Keele and Siemens to create Europe’s largest ‘living’ energy lab

Keele and Siemens to create Europe’s largest ‘living’ energy lab

Business news |
By Nick Flaherty

This will be the first facility in Europe for at-scale living laboratory research, development and demonstration of new smart energy technologies and services through the digitalisation of 24 substations, the installation over 1,500 smart meters, 500 home controllers and a 5 MW renewable integration package.

The Smart Energy Network Demonstrator (SEND) – which is funded by Keele University, the Department for Business, Energy and Industrial Strategy (BEIS), and the European Regional Development Fund (ERDF) as part of the England 2014 to 2020 European Structural and Investment Funds (ESIF) Growth Programme – builds on Keele University’s investment in its energy and other utility networks over many years, many of the project with Siemens. 

“The Smart Energy Network Demonstrator (SEND) is a fantastic example of innovation delivering really tangible results for Keele University, businesses and the wider UK economy, as well as major societal benefits,” said Professor Mark Ormerod, Deputy Vice-Chancellor and Provost of Keele University. “It puts Keele and our campus at the forefront of the new, more sustainable, energy landscape – the technology being deployed represents a revolution in smart energy technology for UK universities. Keele University is part of the Smart Energy Alliance, along with local partner Stoke-on-Trent City Council, and there is real momentum building in the area for developing intelligent, sustainable and low carbon energy networks as a catalyst for economic growth within the city and beyond.”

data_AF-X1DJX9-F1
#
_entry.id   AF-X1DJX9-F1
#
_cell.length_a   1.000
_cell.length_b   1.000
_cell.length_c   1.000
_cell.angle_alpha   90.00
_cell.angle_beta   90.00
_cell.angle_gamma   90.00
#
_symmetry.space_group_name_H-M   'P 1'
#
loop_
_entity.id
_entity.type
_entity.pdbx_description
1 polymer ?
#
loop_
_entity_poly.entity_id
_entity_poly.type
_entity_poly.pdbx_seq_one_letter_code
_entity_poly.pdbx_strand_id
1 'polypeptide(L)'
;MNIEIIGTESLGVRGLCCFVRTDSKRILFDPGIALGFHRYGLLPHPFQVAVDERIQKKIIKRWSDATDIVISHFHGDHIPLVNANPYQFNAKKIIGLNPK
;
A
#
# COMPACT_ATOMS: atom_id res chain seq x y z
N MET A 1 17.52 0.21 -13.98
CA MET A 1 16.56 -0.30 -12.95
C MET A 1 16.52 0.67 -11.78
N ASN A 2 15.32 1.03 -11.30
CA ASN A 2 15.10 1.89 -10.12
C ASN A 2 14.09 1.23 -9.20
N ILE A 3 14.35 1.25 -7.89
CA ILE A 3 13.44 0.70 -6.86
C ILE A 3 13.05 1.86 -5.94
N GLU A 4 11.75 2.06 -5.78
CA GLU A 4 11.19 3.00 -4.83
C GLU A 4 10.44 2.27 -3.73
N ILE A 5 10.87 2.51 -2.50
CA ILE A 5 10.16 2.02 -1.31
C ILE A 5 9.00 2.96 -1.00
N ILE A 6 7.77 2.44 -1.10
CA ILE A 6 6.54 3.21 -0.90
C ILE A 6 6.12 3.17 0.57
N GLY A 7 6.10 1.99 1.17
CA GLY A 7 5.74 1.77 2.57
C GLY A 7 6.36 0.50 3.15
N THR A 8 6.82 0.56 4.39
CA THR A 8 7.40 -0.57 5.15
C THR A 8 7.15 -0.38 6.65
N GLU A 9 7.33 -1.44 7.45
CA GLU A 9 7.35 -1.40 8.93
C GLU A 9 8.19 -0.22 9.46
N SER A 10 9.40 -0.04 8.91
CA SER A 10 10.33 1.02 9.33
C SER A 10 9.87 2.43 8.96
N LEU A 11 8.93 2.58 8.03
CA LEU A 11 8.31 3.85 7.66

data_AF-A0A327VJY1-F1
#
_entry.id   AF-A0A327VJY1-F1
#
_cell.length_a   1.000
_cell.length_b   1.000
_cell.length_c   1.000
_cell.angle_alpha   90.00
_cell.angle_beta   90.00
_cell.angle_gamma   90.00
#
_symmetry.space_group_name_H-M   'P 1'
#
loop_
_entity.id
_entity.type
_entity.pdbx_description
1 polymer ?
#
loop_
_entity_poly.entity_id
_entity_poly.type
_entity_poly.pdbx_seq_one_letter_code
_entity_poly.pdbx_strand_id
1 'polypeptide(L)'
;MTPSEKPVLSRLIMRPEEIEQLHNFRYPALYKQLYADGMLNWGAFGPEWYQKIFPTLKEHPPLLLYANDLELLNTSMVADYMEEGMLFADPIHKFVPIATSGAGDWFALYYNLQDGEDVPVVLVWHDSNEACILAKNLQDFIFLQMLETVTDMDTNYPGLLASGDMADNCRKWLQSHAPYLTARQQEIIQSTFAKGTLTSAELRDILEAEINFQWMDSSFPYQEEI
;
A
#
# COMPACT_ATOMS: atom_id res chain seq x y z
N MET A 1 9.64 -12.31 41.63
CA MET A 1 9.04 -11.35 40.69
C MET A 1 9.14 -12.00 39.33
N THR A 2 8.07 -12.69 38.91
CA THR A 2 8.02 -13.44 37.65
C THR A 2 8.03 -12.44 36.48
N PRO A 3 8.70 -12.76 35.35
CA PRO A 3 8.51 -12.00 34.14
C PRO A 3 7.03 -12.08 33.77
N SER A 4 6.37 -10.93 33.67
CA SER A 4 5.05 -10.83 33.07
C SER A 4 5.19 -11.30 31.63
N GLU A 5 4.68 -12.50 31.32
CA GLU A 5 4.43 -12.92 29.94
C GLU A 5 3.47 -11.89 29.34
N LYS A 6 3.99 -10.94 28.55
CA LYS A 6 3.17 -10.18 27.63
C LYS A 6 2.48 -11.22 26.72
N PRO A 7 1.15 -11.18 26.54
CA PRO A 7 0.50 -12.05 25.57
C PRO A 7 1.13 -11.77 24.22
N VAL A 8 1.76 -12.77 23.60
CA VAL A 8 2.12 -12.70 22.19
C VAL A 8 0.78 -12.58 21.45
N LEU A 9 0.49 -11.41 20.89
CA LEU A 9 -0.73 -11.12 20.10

Carl Ennis, Managing Director at Siemens Energy Management said: “This landmark project will provide a society-based demonstrator for the research community, the energy industry, and local communities. It will be at the centre of a smart and flexible network of energy supply and storage – which will reduce emissions, improve security of supply to the campus and be open to further innovation from the academic community. We are seeing decentralised energy as a key trend in the UK and are delighted to work with an innovative partner such as Keele University to drive this intelligent energy technology forward.”

The demonstrator will be a representation of ‘real world’ infrastructures in the UK with a mix of technologies from different suppliers used on site. This will enable a smart analysis of energy consumption for the campus so that demand can be better managed locally according to factors such as the number of students on site at any one time and energy needs of individual buildings.

The project will also allow businesses to access the University’s infrastructure in order to develop and test renewables and smart energy technologies.


If you enjoyed this article, you will like the following ones: don't miss them by subscribing to :    eeNews on Google News


Linked Articles